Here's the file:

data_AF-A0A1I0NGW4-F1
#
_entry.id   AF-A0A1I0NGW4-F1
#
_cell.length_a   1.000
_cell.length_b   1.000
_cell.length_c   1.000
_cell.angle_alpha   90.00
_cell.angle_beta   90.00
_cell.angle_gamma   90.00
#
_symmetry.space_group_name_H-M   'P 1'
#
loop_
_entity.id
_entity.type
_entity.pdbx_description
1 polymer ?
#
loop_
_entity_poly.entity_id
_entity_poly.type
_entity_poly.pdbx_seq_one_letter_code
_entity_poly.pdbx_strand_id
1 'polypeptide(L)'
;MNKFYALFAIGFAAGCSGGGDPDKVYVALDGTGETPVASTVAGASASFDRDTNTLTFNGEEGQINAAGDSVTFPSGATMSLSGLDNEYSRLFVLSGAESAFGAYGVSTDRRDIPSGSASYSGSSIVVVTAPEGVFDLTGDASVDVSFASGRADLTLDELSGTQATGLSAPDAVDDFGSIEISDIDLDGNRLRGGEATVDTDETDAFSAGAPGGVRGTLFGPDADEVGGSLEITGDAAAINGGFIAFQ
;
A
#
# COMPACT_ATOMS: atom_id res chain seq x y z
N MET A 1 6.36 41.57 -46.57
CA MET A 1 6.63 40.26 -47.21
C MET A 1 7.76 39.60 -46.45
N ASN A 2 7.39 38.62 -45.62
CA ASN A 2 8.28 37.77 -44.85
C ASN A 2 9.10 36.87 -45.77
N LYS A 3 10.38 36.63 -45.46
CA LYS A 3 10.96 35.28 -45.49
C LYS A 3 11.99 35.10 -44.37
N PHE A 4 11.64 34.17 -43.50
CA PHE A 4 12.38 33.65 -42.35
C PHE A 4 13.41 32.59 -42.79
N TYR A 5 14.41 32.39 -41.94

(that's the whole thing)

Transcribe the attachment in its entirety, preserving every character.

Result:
data_AF-A0A1I0NGW4-F1
#
_entry.id   AF-A0A1I0NGW4-F1
#
_cell.length_a   1.000
_cell.length_b   1.000
_cell.length_c   1.000
_cell.angle_alpha   90.00
_cell.angle_beta   90.00
_cell.angle_gamma   90.00
#
_symmetry.space_group_name_H-M   'P 1'
#
loop_
_entity.id
_entity.type
_entity.pdbx_description
1 polymer ?
#
loop_
_entity_poly.entity_id
_entity_poly.type
_entity_poly.pdbx_seq_one_letter_code
_entity_poly.pdbx_strand_id
1 'polypeptide(L)'
;MNKFYALFAIGFAAGCSGGGDPDKVYVALDGTGETPVASTVAGASASFDRDTNTLTFNGEEGQINAAGDSVTFPSGATMSLSGLDNEYSRLFVLSGAESAFGAYGVSTDRRDIPSGSASYSGSSIVVVTAPEGVFDLTGDASVDVSFASGRADLTLDELSGTQATGLSAPDAVDDFGSIEISDIDLDGNRLRGGEATVDTDETDAFSAGAPGGVRGTLFGPDADEVGGSLEITGDAAAINGGFIAFQ
;
A
#
# COMPACT_ATOMS: atom_id res chain seq x y z
N MET A 1 6.36 41.57 -46.57
CA MET A 1 6.63 40.26 -47.21
C MET A 1 7.76 39.60 -46.45
N ASN A 2 7.39 38.62 -45.62
CA ASN A 2 8.28 37.77 -44.85
C ASN A 2 9.10 36.87 -45.77
N LYS A 3 10.38 36.63 -45.46
CA LYS A 3 10.96 35.28 -45.49
C LYS A 3 11.99 35.10 -44.37
N PHE A 4 11.64 34.17 -43.50
CA PHE A 4 12.38 33.65 -42.35
C PHE A 4 13.41 32.59 -42.79
N TYR A 5 14.41 32.39 -41.94